United States District Court, S.D. Mississippi, Northern Division
ROY HARNESS, ET AL. PLAINTIFFS
DELBERT HOSEMANN, SECRETARY OF STATE OF MISSISSIPPI DEFENDANT DENNIS HOPKINS, ET AL. PLAINTIFFS
DELBERT HOSEMANN, SECRETARY OF STATE OF MISSISSIPPI DEFENDANT
P. Jordan III CHIEF UNITED STATES DISTRICT JUDGE
consolidated action to restore the voting rights of convicted
felons is before the Court on the Hopkins Plaintiffs'
motion for class certification under Federal Rule of Civil
Procedure 23 . Defendant Secretary of State Delbert
Hosemann acknowledges that Plaintiffs meet all of Rule
23's stated requirements but argues that certification is
unnecessary and therefore opposes it. Because Plaintiffs
satisfy the plain text of Rule 23, the Court finds that the
motion for class certification should be granted but the
description of the class should be modified.
Facts and Procedural History The Hopkins Plaintiffs seek
class certification to challenge two sections of the
Mississippi Constitution--sections 241 and 253. Under section
241, individuals who have been “convicted of murder,
rape, bribery, theft, arson, obtaining money or goods under
false pretense, perjury, forgery, embezzlement[, ] or
bigamy” are ineligible to vote. And section 253 allows
the legislature to restore an individual's suffrage by
“a two-thirds vote of both houses, of all members
say the lifetime voting ban violates the Eighth
Amendment's prohibition of cruel and unusual punishment
and the Fourteenth Amendment, which only permits states to
temporarily “abridge” an individual's right
to vote based on participation in a crime. Compl.  (filed
in 3:18-CV-188-DPJ-FKB) at 4-5. They also contend that the
mechanism to restore voting rights violates the Equal
Protection Clause of the Fourteenth Amendment and the First
Amendment. Id. at 5.
relief, Plaintiffs generally seek (1) class-wide declarations
that sections 241 and 253 are unconstitutional; (2)
class-wide injunctions effectuating those declarations; (3)
an order requiring the Secretary of State to provide notice
to all class members and otherwise educate the public
regarding the restored rights; and (4) reasonable costs and
attorney's fees. Id. at 43-45.
present motion, Plaintiffs seek to certify a class they now
define as including:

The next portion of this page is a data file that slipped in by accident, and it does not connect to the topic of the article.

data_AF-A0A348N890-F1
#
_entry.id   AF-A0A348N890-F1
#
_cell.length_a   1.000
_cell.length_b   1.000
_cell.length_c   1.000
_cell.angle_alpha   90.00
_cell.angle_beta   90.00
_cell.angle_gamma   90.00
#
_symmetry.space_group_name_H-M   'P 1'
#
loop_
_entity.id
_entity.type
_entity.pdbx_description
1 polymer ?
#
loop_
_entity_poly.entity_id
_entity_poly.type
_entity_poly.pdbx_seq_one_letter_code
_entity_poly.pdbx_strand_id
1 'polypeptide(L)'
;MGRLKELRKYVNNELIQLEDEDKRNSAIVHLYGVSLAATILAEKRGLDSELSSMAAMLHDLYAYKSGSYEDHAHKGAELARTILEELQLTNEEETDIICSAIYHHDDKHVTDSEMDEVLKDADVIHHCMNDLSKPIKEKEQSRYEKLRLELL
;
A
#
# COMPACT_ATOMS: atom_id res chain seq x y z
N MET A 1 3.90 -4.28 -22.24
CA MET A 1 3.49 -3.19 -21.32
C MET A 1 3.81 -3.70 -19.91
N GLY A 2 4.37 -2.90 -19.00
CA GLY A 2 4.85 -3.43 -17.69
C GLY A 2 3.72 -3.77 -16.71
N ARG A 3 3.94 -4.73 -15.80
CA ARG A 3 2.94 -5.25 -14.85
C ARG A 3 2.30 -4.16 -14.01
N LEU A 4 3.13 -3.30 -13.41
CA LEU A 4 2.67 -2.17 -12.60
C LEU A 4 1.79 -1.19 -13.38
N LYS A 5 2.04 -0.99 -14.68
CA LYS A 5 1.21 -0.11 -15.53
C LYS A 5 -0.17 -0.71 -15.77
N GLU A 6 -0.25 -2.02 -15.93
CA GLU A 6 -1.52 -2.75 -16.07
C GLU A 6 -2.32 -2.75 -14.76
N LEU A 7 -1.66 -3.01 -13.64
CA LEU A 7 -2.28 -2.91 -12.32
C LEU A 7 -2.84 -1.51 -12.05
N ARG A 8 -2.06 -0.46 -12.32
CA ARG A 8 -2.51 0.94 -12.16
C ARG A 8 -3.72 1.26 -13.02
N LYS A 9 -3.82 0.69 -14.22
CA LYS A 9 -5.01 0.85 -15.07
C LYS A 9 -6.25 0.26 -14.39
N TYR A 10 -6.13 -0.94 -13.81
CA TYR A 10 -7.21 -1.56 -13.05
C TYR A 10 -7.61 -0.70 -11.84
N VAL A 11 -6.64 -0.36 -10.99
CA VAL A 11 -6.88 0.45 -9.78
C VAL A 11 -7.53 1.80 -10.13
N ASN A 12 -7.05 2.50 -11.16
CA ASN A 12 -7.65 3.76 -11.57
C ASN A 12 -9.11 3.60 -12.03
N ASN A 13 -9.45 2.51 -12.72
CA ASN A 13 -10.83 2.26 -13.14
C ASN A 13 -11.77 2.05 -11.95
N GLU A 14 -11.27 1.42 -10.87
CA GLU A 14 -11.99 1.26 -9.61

Any person who (a) is or becomes disenfranchised under
Mississippi state law by reason of a conviction of a crime
that the Secretary of State contends is disenfranchising
under Section 241 of the Mississippi Constitution, Miss. Code
§ 23-15-11 and/or Miss. Code § 23-15-19, and (b)
has completed the term of incarceration, supervised release,
parole and/or probation for each such conviction.
Pls.' Mem.  at 11.
certification is a two-step process. First, Rule 23 provides
four prerequisites to class certification: (1) numerosity;
(2) commonality; (3) typicality; and (4) adequacy of
representation. Fed.R.Civ.P. 23(a); see Ibe v.
Jones, 836 F.3d 516, 528 (5th Cir. 2016). Although
Hosemann says Plaintiffs' claims are substantively
meritless, he agrees Plaintiffs have satisfied these four
“[a] class action may be maintained” if
“the party opposing the class has acted or refused to
act on grounds that apply generally to the class, so that
final injunctive relief or corresponding declaratory relief
is appropriate respecting the class as a whole.”
Fed.R.Civ.P. 23(b)(2). Again, Hosemann preserves his
merits-based opposition to Plaintiffs' claims but
acknowledges that they “dovetail with Rule
23(b)(2)'s expressed requirements.” Def.'s Mem.
 at 8.
there is effectively no dispute Plaintiffs' motion
satisfies all technical requirements for class certification
under Rule 23. Nevertheless, Hosemann asks the Court to deny
class certification because it is unnecessary. Alternatively,
Hosemann urges the Court to re-define the class if it is
certified. The balance of this Order will separately examine
the suggested necessity requirement and the class definition.
reasons that because success on Plaintiffs'
constitutional claims “will simultaneously
benefit” the proposed class, class certification
“lacks utility” and should be denied. Def.'s
Mem.  at 8. His ...